With a campaign underway for a memorial to recognise the sacrifices of the two Footballers' Battalions who fought in the Great War, the history of one of those Battalions - the 17th Middlesex - is issued in paperback. Published to acclaim in 2008, When the Whistle Blows tells the moving story of how a band of footballers more used to fighting their cause on a pitch, won and lost on the battlefields of the First World War.
Following the outbreak of war in August 1914, a heated debate took place about the continuation of professional football during a national crisis. In response to claims that footballers were not 'doing their bit', William Joynson-Hicks MP raised the 'Footballers' Battalion' in December 1914 with 35 professional players enlisting on the spot. It was not long before the 17th Middlesex became a who's who of the professional game, with the Battalion's numbers being bolstered by amateur players, officials and football fans eager to serve alongside their favourite players.
Based on extensive original research, Andrew Riddoch and John Kemp draw on many previously unpublished letters, personal accounts and photographs to paint a vivid portrait of this legendary British Army battalion. These men may have come to war belatedly but their subsequent courage in some of the fiercest battles of the Great War - including the Somme, Arras and Cambrai - where many lost their lives, is recorded in this fascinating book.
The Battalion included players with connections to over 70 current Football League clubs, with many stars of the day joining the ranks like Frank Buckley, Walter Tull and Joe Mercer. Some managed to survive the war, though injuries prevented them from playing again at the highest level. Others did return to football, either as players, like Fred Keenor, who led an unfancied Cardiff City side to FA Cup glory in 1927, or found other roles such as the legendary Wolves manager, Frank Buckley.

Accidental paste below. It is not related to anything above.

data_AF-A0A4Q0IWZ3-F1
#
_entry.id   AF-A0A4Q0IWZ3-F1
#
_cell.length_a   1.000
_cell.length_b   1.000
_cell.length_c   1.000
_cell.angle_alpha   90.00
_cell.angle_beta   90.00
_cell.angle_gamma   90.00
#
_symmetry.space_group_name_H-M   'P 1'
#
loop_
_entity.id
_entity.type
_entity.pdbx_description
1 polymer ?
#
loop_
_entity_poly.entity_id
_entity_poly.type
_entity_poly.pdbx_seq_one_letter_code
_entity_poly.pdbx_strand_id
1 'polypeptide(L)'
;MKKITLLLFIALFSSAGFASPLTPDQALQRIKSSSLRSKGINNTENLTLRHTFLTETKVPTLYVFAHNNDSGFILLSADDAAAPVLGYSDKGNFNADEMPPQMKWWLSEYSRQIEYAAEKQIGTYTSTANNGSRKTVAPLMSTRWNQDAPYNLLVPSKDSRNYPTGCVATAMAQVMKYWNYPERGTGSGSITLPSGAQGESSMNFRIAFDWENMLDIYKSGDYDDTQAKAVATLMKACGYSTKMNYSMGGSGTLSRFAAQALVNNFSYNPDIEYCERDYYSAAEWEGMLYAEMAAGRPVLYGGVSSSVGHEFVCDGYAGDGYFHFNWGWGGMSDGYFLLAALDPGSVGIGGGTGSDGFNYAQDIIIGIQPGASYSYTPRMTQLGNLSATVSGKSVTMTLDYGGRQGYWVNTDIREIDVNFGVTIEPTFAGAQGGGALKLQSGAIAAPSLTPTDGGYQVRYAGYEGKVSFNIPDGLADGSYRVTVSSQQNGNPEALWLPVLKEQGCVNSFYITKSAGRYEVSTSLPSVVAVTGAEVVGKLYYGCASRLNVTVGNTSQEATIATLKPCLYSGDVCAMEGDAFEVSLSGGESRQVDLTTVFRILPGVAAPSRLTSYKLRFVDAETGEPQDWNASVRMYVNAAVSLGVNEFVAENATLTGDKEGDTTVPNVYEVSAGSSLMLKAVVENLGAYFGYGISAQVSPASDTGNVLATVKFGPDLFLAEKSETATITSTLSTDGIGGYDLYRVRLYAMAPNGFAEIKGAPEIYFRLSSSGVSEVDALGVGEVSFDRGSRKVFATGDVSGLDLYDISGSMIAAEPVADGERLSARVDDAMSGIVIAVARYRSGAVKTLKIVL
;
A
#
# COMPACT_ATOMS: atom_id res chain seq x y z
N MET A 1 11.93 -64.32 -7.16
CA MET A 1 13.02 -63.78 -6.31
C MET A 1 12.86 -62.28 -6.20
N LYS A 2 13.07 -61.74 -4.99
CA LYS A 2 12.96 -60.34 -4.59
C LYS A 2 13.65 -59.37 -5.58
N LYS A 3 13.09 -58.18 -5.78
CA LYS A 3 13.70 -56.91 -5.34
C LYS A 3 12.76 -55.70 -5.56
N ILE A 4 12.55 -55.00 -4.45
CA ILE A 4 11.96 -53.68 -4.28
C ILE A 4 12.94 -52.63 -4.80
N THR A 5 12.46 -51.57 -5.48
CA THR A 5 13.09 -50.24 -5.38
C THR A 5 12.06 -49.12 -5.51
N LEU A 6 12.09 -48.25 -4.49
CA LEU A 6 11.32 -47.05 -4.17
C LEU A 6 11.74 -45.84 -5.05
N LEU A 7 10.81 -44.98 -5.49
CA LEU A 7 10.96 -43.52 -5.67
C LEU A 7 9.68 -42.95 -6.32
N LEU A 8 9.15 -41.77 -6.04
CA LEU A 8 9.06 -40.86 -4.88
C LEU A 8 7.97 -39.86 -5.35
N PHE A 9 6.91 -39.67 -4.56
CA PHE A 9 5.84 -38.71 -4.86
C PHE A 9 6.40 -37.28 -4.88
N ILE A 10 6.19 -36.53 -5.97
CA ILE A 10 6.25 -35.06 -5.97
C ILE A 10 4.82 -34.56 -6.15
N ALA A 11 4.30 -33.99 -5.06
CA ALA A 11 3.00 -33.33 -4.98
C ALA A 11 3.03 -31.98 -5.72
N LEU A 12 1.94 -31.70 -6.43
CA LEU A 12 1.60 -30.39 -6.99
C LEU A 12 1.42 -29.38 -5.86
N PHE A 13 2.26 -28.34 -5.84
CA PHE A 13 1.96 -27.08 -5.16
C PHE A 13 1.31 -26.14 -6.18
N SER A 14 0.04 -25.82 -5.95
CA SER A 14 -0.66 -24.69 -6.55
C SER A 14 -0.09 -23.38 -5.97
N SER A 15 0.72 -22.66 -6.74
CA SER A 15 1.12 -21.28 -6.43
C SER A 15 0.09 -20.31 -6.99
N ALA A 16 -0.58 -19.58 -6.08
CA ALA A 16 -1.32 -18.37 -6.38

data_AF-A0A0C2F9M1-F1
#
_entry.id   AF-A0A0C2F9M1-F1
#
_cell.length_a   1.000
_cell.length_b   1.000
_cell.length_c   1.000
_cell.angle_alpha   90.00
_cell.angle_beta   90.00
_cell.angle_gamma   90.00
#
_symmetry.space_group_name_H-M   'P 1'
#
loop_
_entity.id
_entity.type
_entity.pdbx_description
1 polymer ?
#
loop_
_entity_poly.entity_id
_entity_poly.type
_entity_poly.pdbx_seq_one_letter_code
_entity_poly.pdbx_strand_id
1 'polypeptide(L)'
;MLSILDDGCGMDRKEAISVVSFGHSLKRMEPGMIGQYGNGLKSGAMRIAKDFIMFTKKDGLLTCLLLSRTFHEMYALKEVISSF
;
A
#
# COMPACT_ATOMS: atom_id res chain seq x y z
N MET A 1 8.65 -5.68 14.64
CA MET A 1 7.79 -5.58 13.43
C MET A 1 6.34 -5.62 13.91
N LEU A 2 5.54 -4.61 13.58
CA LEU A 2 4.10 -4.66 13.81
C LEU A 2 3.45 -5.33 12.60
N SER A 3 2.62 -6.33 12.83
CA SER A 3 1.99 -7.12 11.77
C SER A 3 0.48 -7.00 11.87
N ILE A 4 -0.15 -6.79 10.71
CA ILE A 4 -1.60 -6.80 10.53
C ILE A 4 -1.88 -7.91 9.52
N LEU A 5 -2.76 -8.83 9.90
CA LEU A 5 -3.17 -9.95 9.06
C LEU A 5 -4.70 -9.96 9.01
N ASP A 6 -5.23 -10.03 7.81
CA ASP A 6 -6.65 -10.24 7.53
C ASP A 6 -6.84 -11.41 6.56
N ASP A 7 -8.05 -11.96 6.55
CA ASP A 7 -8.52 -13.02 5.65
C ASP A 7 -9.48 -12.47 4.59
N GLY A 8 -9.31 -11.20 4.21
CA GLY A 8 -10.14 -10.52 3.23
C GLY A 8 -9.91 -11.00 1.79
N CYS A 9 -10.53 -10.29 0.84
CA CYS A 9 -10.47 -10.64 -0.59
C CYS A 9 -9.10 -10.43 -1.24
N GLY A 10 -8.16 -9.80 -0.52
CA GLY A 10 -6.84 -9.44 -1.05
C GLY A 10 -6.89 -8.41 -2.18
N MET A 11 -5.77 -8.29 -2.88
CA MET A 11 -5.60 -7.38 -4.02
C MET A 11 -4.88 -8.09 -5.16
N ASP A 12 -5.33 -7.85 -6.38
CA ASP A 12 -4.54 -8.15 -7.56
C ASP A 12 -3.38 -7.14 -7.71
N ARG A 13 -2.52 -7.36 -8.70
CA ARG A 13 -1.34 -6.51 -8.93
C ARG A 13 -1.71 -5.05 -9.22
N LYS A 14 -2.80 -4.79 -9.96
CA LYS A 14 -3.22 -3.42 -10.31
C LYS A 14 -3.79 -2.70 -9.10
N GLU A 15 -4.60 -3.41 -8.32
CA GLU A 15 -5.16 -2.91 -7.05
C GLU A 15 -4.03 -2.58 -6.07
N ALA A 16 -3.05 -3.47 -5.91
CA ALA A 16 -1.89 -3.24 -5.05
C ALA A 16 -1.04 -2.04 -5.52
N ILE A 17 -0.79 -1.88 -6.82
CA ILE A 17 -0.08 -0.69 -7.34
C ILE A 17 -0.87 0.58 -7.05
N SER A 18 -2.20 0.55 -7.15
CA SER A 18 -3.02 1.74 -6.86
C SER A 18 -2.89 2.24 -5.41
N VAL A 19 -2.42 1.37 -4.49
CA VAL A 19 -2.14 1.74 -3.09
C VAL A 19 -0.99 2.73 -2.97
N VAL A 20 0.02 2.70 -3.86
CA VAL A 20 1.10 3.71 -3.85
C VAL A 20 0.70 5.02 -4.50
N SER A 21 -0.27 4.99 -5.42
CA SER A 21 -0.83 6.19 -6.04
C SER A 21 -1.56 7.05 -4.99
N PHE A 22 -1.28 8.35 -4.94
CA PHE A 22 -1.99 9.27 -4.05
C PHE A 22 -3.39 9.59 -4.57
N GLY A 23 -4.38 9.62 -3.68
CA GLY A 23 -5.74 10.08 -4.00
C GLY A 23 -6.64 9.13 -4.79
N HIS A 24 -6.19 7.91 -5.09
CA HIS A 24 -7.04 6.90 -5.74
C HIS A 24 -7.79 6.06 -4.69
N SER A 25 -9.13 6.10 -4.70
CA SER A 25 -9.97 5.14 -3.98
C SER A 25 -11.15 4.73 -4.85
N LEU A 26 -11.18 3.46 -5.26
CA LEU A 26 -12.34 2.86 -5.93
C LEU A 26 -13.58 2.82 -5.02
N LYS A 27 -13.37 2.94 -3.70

But it was not all about the war. Football was encouraged during breaks from the fighting and numerous army teams would line up against the 17th Middlesex team in the hope of causing an upset. When The Whistle Blows is a fascinating and unusual book about the Great War, the authors show how this remarkable battalion helped shape football, as well as military history.
On When the Whistle Blows
'Lucidly written and extraordinarily well researched' - When Saturday Comes
'A vivid portrait of a remarkable battalion' - Sheffield Telegraph
'...a beautifully researched history of a fine battalion' - Richard Holmes, Military historian
'... a fascinating insight into the contribution of the Footballers' Battalion in the Great War' - Gordon Taylor, Chief Executive of the Professional Footballers' Association
'... one of the best football books written for many years.... meticulously researched, beautifully written and lavishly illustrated ...' - Reading Evening Post
Andrew Riddoch grew up in Sheffield. He trained as a barrister and works in law publishing. He lives in North Somerset with his wife and three children. John Kemp is a partner in an insurance firm. He lives in Essex with his wife and two sons.
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